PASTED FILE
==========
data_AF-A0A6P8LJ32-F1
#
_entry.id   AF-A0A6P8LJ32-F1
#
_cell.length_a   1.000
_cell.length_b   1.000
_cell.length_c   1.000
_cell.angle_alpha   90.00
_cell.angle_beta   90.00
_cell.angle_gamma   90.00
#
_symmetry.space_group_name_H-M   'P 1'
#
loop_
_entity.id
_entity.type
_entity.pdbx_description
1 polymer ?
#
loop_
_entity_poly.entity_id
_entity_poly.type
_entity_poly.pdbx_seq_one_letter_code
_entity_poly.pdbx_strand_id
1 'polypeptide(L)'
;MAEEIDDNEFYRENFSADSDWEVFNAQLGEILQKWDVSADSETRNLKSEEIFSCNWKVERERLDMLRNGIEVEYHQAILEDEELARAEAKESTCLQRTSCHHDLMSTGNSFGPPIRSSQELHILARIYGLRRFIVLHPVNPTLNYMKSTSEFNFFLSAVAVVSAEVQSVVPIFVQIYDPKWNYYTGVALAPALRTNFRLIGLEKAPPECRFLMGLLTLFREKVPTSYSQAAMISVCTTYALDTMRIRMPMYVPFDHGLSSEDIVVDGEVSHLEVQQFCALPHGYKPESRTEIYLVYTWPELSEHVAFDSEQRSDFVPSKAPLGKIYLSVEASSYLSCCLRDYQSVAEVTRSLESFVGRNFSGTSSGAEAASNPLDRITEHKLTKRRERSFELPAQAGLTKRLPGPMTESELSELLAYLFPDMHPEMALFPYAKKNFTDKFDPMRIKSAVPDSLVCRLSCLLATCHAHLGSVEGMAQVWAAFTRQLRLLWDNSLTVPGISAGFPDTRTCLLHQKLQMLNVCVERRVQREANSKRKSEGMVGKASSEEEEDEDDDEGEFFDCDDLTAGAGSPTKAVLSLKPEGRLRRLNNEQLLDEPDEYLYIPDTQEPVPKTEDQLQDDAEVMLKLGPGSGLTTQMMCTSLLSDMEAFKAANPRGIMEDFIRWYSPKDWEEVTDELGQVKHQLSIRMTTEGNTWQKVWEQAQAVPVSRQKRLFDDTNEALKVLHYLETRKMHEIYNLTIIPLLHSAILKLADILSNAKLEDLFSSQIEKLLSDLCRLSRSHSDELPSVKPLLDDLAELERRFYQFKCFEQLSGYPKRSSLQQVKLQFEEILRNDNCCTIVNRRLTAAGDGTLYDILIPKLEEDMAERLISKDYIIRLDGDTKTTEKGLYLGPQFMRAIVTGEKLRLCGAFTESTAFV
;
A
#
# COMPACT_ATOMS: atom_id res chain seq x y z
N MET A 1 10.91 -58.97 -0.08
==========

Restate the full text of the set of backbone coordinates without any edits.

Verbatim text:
data_AF-A0A6P8LJ32-F1
#
_entry.id   AF-A0A6P8LJ32-F1
#
_cell.length_a   1.000
_cell.length_b   1.000
_cell.length_c   1.000
_cell.angle_alpha   90.00
_cell.angle_beta   90.00
_cell.angle_gamma   90.00
#
_symmetry.space_group_name_H-M   'P 1'
#
loop_
_entity.id
_entity.type
_entity.pdbx_description
1 polymer ?
#
loop_
_entity_poly.entity_id
_entity_poly.type
_entity_poly.pdbx_seq_one_letter_code
_entity_poly.pdbx_strand_id
1 'polypeptide(L)'
;MAEEIDDNEFYRENFSADSDWEVFNAQLGEILQKWDVSADSETRNLKSEEIFSCNWKVERERLDMLRNGIEVEYHQAILEDEELARAEAKESTCLQRTSCHHDLMSTGNSFGPPIRSSQELHILARIYGLRRFIVLHPVNPTLNYMKSTSEFNFFLSAVAVVSAEVQSVVPIFVQIYDPKWNYYTGVALAPALRTNFRLIGLEKAPPECRFLMGLLTLFREKVPTSYSQAAMISVCTTYALDTMRIRMPMYVPFDHGLSSEDIVVDGEVSHLEVQQFCALPHGYKPESRTEIYLVYTWPELSEHVAFDSEQRSDFVPSKAPLGKIYLSVEASSYLSCCLRDYQSVAEVTRSLESFVGRNFSGTSSGAEAASNPLDRITEHKLTKRRERSFELPAQAGLTKRLPGPMTESELSELLAYLFPDMHPEMALFPYAKKNFTDKFDPMRIKSAVPDSLVCRLSCLLATCHAHLGSVEGMAQVWAAFTRQLRLLWDNSLTVPGISAGFPDTRTCLLHQKLQMLNVCVERRVQREANSKRKSEGMVGKASSEEEEDEDDDEGEFFDCDDLTAGAGSPTKAVLSLKPEGRLRRLNNEQLLDEPDEYLYIPDTQEPVPKTEDQLQDDAEVMLKLGPGSGLTTQMMCTSLLSDMEAFKAANPRGIMEDFIRWYSPKDWEEVTDELGQVKHQLSIRMTTEGNTWQKVWEQAQAVPVSRQKRLFDDTNEALKVLHYLETRKMHEIYNLTIIPLLHSAILKLADILSNAKLEDLFSSQIEKLLSDLCRLSRSHSDELPSVKPLLDDLAELERRFYQFKCFEQLSGYPKRSSLQQVKLQFEEILRNDNCCTIVNRRLTAAGDGTLYDILIPKLEEDMAERLISKDYIIRLDGDTKTTEKGLYLGPQFMRAIVTGEKLRLCGAFTESTAFV
;
A
#
# COMPACT_ATOMS: atom_id res chain seq x y z
N MET A 1 10.91 -58.97 -0.08